At the convergence of 3D-printing and lithium battery technology, Hong Kong researchers develop a promising textile-based, foldable battery that may find its way onto IoT-connected fabrics within automotive, aerospace, and medical industries.
A researcher team at the Hong Kong Polytechnic University (PolyU) have leveraged a previously patented PolyU additive manufacturing technology – polymer-assisted metal deposition (PAMD) – to develop a highly flexible, high-energy textile lithium battery. While bendable batteries have been a focus of research for the past decade, PolyU researchers have confirmed the textile lithium battery’s promising level of stability, durability, and safety in what may be a breakthrough for wearable electronics.
With applications ranging from healthcare monitoring, intelligent textiles, smartphones, Global Positioning System (GPS) tracking, and Internet of Things (IoT), PolyU's lightweight textile lithium battery demonstrates high energy density of more than 450 watt-hours per liter and excellent flexibility – with a bending radius of less than one millimeter and foldability of over 1,000 cycles with marginal capacity degradation.
In comparison, the existing bendable lithium batteries can only reach a bending radius of about 25 millimeters at less than 200 watt-hours per liter. The less-than-one-half-millimeter-thick textile lithium battery also possesses fast charge and discharge capabilities and cycle life comparable to conventional lithium batteries.
“Wearable technology has been named as the next global big market opportunity after smartphones. Global market revenues for wearable devices are forecasted to grow by leaps and bounds, of over 20 percent annually, to reach $100 billion by 2024,” says Professor Zheng Zijian, who lead the PolyU Institute of Textiles and Clothing research team.
“As all wearable electronics will require wearable energy supply, our novel technology in fabricating [the] textile lithium battery offers promising solution to a wide array of next-generation applications, ranging from healthcare, infotainment, sports, aerospace, fashion, IoT to any sensing or tracking uses that may even exceed our imagination of today,” concludes Zijian.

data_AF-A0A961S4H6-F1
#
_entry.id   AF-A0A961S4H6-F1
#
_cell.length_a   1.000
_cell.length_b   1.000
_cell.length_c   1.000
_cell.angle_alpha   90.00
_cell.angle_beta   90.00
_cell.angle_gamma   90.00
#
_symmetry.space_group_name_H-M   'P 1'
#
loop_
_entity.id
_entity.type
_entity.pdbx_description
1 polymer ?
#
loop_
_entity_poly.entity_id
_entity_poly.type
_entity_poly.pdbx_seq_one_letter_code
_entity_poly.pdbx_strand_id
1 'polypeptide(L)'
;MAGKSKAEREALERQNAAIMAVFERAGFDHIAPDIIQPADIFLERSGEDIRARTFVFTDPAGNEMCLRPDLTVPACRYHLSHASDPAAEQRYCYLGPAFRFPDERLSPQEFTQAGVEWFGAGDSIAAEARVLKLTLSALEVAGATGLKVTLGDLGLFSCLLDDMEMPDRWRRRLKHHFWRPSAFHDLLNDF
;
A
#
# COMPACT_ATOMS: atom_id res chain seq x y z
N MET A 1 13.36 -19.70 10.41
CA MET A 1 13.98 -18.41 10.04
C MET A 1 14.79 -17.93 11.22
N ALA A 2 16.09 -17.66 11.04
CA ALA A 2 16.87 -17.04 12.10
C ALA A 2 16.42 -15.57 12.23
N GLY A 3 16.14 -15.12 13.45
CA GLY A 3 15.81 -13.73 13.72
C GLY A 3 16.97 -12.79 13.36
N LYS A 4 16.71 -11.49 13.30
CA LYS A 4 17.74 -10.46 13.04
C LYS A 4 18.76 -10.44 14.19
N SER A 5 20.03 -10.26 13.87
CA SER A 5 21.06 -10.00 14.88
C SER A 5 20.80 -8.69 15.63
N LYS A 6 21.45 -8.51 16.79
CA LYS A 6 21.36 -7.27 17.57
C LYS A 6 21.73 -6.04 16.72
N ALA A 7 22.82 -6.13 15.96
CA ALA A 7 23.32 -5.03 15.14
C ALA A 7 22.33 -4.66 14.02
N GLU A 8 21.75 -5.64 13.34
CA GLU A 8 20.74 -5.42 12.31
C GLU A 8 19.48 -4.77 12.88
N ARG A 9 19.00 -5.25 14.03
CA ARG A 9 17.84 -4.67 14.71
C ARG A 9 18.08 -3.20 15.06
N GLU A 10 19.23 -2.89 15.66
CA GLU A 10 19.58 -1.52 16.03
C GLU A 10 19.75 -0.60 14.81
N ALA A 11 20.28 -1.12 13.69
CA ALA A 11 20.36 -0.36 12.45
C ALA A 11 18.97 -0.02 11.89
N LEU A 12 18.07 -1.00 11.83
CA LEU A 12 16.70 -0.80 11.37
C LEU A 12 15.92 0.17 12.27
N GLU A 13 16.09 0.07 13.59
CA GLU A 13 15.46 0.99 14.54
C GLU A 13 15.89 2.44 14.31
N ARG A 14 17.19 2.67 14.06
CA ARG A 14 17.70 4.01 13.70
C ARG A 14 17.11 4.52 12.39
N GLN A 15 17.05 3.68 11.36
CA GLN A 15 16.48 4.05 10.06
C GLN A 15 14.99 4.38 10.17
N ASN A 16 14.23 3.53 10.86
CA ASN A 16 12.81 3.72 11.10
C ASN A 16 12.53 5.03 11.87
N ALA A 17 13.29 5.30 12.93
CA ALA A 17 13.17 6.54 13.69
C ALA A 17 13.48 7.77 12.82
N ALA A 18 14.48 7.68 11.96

Lithium battery technology currently dominates the rechargeable battery market due to its relatively high energy density and long cycle life. Previous attempts at developing thin, bendable lithium batteries for use in wearable devices, typically resulted in the use of metal foils as current collectors. However, complications with this method resulted in various combinations of low energy density, inflexibility, lack of mechanical robustness, and poor cycling stability.
Image courtesy: The Hong Kong Polytechnic University
Through PolyU's novel PAMD additive manufacturing technology, researchers uniformly and conformally deposited highly conductive copper and nickel metals onto pre-treated fabrics, which then serve as current collectors. Additional active materials are then added to the material to act as cathode and anode. The metallic textile is then combined with a separator and electrolyte and assembled into the final textile lithium battery.
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These metallic fabrics feature low sheet resistance and large surface area – two important characteristics of conductive materials:
- Sheet resistance is the quantifiable measurement of how long it takes to transport charge in a material: the lower the sheet resistance, the faster the transfer of charge.
- Larger surface areas allow for loading more anode and cathode materials, which increases stability and allows for higher charge and discharge speed and better flexibility is the battery. The use of PolyU PAMD technology allows for precise control of the deposition time, thickness, and sheet resistance of the metallic yarns. The surface area of a sheet of woven 3D metallic yarn is much greater than that of a similarly sized foil sheet.
Laboratory tests conducted by the ITC team have shown extremely high mechanical stability, durability, and safety of PolyU’s battery under deformation. When the battery is repeatedly folded in half, twisted at different angles, or freely crumpled, its voltage window remained unchanged. Safety tests conducted by continuous hammering, trimming with scissors, and nail penetration demonstrate that the battery can stably provide power output for electronic components with no risk of catching fire or bursting.
So far, the innovation has won three prizes at the 47th International Exhibition of Inventions of Geneva: a Gold Medal and two Special Merit Awards.
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William Kucinski is content editor at SAE International, Aerospace Products Group in Warrendale, Pa. Previously, he worked as a writer at the NASA Safety Center in Cleveland, Ohio and was responsible for writing the agency’s System Failure Case Studies. His interests include literally anything that has to do with space, past and present military aircraft, and propulsion technology.
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